⚡ Agencies are a smart investment in partnerships to accelerate performance and learning. Often the success of a brand or a business depends on creating the right partnership with an agency because agencies can contribute a lot to their development. They can help you with many things, and you can also learn a lot from working with them. Kathy says that during her career, she has used agencies for many different things and that you should definitely invest in them. "Agencies can play a critical role in helping grow a business, especially as we're testing new things, and we're trying to find additional expertise, additional hands on the keyboard, skill sets that we may not have or we may not know we need yet. And it's often easier to partner with an agency and learn through something, and maybe there comes a time where you have an understanding of what's going to work for your business, you've learned through it, and it starts to migrate back into the house."
YouShouldTalkTo - Kathy Neumann
[00:00:00] Kathy Neumann: I think sometimes incorrectly we assume that we shouldn't be giving feedback.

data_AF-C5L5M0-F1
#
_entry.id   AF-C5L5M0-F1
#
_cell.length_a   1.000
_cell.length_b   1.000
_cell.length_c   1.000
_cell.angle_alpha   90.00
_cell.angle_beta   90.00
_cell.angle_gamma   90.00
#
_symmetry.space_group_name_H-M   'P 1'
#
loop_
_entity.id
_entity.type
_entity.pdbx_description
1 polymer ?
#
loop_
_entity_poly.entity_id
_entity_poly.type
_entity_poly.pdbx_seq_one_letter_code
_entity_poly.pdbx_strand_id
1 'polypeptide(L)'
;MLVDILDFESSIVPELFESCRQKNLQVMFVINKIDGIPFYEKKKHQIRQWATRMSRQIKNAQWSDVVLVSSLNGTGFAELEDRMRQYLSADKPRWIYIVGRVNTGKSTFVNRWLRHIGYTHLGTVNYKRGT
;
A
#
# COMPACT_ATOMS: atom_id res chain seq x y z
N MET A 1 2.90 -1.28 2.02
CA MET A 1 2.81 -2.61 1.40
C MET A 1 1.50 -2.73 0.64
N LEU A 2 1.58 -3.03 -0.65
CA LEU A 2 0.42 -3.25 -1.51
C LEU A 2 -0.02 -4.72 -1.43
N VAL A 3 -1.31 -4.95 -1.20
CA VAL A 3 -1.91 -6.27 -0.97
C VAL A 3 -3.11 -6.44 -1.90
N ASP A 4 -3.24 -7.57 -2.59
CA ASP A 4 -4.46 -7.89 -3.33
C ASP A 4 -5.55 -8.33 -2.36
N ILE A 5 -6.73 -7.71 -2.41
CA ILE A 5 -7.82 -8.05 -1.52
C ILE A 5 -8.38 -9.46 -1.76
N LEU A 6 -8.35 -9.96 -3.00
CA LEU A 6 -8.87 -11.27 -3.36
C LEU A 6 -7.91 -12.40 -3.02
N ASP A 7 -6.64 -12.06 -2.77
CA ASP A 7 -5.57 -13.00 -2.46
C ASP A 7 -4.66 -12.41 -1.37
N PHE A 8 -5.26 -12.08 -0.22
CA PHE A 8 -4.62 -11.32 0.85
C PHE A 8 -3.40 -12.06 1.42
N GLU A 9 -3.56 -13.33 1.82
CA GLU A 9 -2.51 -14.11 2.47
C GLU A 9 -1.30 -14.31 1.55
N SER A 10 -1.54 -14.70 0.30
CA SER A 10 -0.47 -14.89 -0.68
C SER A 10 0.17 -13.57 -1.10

[00:00:06] Sometimes agencies come in and present as the experts and you've gotta find ways to give feedback so that it, it can be melded with their expertise, right? It's like, how can we make one plus one equal three or four rather than, you know, being a negative experience in total.
[00:00:22] Daniel Weiner: Hello, and welcome to another episode of the YouShouldTalkTo podcast. I am Daniel Wiener, your Founder, and Host. Podcast is currently brought to you by myself, until we get a sponsor, potentially after today. YouShouldTalkTo pairs brands and marketers for free, with vetted agencies and or freelancers for pretty much any marketing or Tech need because finding great agencies is an enormous pain in the ass.
[00:01:23] Super excited today to be joined by Kathy Neumann, who is CMO at Rent. Kathy, thank you so much for joining.
[00:01:29] Kathy Neumann: Absolutely. Great to connect.
[00:01:31] Daniel Weiner: Awesome. Well, let's dive right in. We'll start with a little bit of controversy. What is an unpopular opinion or a hot take of sorts that you have in the marketing world in general?